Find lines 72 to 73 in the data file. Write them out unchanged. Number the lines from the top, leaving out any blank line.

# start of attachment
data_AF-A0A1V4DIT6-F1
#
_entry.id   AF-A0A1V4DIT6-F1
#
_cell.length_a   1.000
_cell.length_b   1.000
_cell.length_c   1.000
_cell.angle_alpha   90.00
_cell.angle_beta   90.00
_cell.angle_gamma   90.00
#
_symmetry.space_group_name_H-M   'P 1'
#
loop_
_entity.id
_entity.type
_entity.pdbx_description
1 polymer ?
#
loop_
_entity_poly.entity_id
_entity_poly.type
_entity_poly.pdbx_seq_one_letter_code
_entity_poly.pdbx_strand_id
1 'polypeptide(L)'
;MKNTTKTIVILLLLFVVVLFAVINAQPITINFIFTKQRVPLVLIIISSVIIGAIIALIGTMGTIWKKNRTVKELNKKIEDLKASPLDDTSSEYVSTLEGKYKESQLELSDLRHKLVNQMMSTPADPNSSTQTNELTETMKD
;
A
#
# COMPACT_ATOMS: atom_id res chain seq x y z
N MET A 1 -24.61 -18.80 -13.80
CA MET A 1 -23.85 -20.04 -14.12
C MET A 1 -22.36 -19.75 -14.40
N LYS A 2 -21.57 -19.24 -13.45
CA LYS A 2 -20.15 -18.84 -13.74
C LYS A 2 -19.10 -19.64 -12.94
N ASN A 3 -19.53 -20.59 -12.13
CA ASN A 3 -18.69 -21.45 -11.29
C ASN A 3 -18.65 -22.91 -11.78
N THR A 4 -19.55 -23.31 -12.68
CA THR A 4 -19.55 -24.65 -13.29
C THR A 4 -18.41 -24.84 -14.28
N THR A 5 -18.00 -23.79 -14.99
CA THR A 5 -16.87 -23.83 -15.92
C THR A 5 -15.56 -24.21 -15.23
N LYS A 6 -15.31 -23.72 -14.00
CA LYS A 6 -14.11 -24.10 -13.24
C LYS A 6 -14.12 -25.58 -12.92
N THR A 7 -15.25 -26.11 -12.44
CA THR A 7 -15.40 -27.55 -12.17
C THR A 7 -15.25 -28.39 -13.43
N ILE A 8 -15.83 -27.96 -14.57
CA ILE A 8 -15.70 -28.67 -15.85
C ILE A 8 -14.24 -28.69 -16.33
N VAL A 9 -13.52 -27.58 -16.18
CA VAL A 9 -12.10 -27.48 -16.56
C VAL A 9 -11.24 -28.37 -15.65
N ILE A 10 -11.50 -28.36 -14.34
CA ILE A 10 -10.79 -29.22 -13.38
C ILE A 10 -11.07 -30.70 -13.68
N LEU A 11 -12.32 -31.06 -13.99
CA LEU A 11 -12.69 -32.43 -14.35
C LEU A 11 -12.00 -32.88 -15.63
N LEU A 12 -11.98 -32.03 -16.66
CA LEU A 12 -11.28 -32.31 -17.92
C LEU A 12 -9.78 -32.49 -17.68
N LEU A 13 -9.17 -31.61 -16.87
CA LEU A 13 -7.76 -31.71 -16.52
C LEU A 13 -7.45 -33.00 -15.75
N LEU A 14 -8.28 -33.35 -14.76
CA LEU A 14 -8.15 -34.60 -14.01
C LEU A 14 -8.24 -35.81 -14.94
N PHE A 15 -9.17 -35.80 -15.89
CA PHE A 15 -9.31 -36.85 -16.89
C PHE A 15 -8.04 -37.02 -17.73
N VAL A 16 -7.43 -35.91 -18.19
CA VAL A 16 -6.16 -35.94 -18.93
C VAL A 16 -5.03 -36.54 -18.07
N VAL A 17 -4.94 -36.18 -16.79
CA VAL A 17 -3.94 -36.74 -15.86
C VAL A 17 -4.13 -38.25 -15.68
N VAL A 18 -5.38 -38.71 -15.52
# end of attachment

C LEU A 14 -8.24 -35.81 -14.94
N PHE A 15 -9.17 -35.80 -15.89